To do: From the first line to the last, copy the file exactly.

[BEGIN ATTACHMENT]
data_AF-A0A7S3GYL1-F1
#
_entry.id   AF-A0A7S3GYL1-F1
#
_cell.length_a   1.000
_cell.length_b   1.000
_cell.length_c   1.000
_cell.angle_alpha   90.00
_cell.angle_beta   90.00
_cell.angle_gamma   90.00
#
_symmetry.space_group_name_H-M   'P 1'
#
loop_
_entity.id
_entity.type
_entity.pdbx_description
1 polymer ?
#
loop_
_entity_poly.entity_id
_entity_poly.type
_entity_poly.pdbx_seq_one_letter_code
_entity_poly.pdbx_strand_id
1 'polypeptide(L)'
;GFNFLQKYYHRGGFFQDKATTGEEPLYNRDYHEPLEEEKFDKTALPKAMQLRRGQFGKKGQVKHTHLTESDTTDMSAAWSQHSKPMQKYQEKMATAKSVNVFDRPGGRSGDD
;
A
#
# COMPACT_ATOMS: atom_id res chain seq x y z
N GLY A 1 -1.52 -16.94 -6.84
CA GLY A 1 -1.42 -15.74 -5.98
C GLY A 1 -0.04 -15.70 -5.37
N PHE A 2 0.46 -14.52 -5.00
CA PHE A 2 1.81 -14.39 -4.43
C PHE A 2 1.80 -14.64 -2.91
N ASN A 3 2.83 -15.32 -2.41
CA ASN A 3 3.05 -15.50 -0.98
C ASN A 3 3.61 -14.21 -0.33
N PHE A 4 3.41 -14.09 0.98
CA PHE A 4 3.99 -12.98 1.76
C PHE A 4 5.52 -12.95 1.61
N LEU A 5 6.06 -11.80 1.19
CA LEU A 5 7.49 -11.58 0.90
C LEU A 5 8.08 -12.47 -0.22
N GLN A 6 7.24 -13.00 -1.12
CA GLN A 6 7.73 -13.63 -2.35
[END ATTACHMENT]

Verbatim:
data_AF-A0A7S3GYL1-F1
#
_entry.id   AF-A0A7S3GYL1-F1
#
_cell.length_a   1.000
_cell.length_b   1.000
_cell.length_c   1.000
_cell.angle_alpha   90.00
_cell.angle_beta   90.00
_cell.angle_gamma   90.00
#
_symmetry.space_group_name_H-M   'P 1'
#
loop_
_entity.id
_entity.type
_entity.pdbx_description
1 polymer ?
#
loop_
_entity_poly.entity_id
_entity_poly.type
_entity_poly.pdbx_seq_one_letter_code
_entity_poly.pdbx_strand_id
1 'polypeptide(L)'
;GFNFLQKYYHRGGFFQDKATTGEEPLYNRDYHEPLEEEKFDKTALPKAMQLRRGQFGKKGQVKHTHLTESDTTDMSAAWSQHSKPMQKYQEKMATAKSVNVFDRPGGRSGDD
;
A
#
# COMPACT_ATOMS: atom_id res chain seq x y z
N GLY A 1 -1.52 -16.94 -6.84
CA GLY A 1 -1.42 -15.74 -5.98
C GLY A 1 -0.04 -15.70 -5.37
N PHE A 2 0.46 -14.52 -5.00
CA PHE A 2 1.81 -14.39 -4.43
C PHE A 2 1.80 -14.64 -2.91
N ASN A 3 2.83 -15.32 -2.41
CA ASN A 3 3.05 -15.50 -0.98
C ASN A 3 3.61 -14.21 -0.33
N PHE A 4 3.41 -14.09 0.98
CA PHE A 4 3.99 -12.98 1.76
C PHE A 4 5.52 -12.95 1.61
N LEU A 5 6.06 -11.80 1.19
CA LEU A 5 7.49 -11.58 0.90
C LEU A 5 8.08 -12.47 -0.22
N GLN A 6 7.24 -13.00 -1.12
CA GLN A 6 7.73 -13.63 -2.35